Trash Talk Gaming

Apologies for the lack of updates but I had been putting the finishing touches on my master’s thesis, which is now complete and submitted so I should be back to regular updates. To kick things off I thought I ‘d repost this news post from Kotaku which reminds us of the perils of modern communication:


Trash talk during video game play isn’t all uncommon. And, while it’s troubling when the chatter turns sexist, racist, homophobic or extremely threatening, many games and communities have their own remedies: penalties, bans, negative consequences for player reputations. The last thing you’d expect is for someone to wind up in jail. But that’s exactly what happened to 19-year-old Justin Carter after a League of Legends match. He’s been in jail since February.

Carter was playing Riot’s hit MOBA game in February and jokingly responded to another player’s comment. His words, according to Carter’s father Jack, were “Oh yeah, I’m real messed up in the head, I’m going to go shoot up a school full of kids and eat their still, beating hearts,” followed by “lol” and “jk”.

After seeing the comments on Facebook, an unidentified Canadian woman looked up Carter’s personal information, found an old address located near an elementary school and called the cops. The then-18-year-old Carter was subsquently arrested on February 14th on charges of making a terrorist threat and has been in custody awaiting trial for more than three months.

Many people feel like mass killings like the Newtown shootings are nothing to joke about and any remark that seems to hint at violence at that scale should certainly be investigated. But,according to a petition letter written by his parents, a police investigation of Justin Carter’s home turned up no weapons of any kind. Carter has a hearing on July 1st to review his case and could be sentenced to eight years in jail if found guilty of the charges.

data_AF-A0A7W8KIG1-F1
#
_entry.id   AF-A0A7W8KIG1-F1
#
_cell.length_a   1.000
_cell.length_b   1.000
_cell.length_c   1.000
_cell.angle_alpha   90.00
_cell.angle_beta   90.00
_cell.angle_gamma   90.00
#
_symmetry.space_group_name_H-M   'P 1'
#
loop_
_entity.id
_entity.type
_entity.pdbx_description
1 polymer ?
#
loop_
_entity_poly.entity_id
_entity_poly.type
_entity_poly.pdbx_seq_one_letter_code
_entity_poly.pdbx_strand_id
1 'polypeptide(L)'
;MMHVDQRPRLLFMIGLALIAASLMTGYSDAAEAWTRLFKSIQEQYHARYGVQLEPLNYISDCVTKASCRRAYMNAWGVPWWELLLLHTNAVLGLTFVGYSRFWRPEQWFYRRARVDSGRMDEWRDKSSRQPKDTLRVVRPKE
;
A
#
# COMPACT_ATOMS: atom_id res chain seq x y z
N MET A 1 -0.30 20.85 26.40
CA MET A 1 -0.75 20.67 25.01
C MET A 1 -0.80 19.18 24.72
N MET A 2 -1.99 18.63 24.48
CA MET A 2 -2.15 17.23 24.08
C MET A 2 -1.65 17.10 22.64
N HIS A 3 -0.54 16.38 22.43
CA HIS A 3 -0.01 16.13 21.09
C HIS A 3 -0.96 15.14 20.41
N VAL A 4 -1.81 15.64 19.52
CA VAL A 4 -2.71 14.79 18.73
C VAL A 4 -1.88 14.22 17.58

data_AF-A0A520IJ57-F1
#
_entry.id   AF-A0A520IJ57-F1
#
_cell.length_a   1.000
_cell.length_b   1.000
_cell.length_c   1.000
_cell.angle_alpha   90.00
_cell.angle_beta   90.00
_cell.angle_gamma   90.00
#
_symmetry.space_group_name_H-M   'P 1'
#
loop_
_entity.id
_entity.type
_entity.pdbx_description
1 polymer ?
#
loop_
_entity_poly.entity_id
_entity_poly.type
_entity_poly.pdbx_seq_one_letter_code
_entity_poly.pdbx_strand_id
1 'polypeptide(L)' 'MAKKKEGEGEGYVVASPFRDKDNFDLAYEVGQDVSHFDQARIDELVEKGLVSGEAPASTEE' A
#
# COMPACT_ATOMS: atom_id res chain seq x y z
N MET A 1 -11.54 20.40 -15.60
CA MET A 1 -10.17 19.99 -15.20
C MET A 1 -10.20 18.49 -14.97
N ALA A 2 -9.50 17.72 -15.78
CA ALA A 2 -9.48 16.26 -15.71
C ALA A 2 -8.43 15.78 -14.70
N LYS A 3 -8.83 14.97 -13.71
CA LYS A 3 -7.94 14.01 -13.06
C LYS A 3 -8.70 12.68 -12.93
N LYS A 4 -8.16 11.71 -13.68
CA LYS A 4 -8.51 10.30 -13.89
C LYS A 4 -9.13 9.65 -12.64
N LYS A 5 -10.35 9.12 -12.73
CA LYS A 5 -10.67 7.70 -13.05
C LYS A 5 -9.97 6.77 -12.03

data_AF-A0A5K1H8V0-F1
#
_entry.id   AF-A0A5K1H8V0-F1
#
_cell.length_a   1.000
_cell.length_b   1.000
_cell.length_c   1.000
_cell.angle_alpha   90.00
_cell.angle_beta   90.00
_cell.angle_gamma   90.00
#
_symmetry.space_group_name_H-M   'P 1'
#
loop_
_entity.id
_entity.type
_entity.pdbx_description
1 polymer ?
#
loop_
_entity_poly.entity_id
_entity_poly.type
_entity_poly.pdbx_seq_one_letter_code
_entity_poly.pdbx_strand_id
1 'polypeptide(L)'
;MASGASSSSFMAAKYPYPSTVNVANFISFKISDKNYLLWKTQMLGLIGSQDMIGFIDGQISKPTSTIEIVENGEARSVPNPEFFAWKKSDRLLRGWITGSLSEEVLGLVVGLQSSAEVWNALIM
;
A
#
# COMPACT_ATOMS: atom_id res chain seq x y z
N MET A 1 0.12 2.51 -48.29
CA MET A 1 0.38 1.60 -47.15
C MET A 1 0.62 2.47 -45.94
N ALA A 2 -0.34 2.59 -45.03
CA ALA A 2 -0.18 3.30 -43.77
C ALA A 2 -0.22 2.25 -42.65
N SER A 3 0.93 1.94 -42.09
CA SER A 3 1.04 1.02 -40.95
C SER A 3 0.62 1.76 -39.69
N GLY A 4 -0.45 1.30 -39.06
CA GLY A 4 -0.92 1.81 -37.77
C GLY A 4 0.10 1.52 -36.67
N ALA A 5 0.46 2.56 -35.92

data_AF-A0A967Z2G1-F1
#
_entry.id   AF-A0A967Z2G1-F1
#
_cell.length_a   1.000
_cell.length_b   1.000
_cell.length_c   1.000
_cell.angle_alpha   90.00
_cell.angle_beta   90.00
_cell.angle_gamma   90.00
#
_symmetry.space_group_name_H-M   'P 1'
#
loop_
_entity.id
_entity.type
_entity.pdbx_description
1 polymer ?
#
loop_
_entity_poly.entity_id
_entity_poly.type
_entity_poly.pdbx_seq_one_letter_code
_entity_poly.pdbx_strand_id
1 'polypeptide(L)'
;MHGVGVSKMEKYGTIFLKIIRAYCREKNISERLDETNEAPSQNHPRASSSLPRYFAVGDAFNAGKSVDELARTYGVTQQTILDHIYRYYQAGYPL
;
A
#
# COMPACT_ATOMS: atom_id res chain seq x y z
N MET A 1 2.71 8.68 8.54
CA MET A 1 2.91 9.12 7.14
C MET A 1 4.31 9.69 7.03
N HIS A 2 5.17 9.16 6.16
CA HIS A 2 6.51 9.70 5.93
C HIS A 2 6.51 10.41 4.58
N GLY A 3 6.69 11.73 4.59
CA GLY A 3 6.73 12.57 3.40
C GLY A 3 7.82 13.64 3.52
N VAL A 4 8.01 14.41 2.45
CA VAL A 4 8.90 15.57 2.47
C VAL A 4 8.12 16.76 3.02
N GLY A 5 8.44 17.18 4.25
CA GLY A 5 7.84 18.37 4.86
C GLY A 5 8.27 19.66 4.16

Certainly we must be responsible agents for communications in any media, including communication though games and social media. But must we filter ourselves for all off hand and joke comments? In the UK we have had many examples of people being prosecuted for offensive tweets, but perhaps the most comparable example is the attempted prosecution of Paul Chambers for his airport bomb tweet. Although it went all the way to the high court before common sense prevailed, at least common sense did prevail and the conviction was quashed. I hope common sense reaches wherever Justin Carter is right now.

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